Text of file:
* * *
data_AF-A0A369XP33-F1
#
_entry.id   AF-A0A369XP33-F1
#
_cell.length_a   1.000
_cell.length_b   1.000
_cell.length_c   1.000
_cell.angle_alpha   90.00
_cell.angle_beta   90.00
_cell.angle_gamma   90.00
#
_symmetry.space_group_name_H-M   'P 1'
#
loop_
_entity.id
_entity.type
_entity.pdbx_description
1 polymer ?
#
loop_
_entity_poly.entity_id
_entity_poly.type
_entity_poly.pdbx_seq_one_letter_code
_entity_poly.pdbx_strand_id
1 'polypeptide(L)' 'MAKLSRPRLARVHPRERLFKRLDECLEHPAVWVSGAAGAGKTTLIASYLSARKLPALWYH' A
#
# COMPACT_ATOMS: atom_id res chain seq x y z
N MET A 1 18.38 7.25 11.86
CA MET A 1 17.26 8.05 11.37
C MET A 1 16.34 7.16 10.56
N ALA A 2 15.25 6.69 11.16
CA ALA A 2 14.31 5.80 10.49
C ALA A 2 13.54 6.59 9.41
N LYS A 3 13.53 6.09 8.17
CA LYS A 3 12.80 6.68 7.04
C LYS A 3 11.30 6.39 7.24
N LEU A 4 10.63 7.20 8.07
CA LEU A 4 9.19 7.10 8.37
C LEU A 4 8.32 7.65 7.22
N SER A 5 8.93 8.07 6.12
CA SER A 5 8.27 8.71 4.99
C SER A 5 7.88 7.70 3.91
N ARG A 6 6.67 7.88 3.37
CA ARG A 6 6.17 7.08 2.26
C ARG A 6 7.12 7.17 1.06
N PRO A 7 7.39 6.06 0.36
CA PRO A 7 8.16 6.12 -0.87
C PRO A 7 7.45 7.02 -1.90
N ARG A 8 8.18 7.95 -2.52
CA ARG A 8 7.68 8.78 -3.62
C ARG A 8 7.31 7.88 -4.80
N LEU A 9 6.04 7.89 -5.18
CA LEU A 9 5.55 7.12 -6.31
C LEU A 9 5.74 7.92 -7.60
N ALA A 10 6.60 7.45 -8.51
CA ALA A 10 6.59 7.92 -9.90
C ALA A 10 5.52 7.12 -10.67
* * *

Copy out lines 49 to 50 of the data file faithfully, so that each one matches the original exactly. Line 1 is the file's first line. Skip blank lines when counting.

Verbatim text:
N ARG A 8 8.18 7.95 -2.52
CA ARG A 8 7.68 8.78 -3.62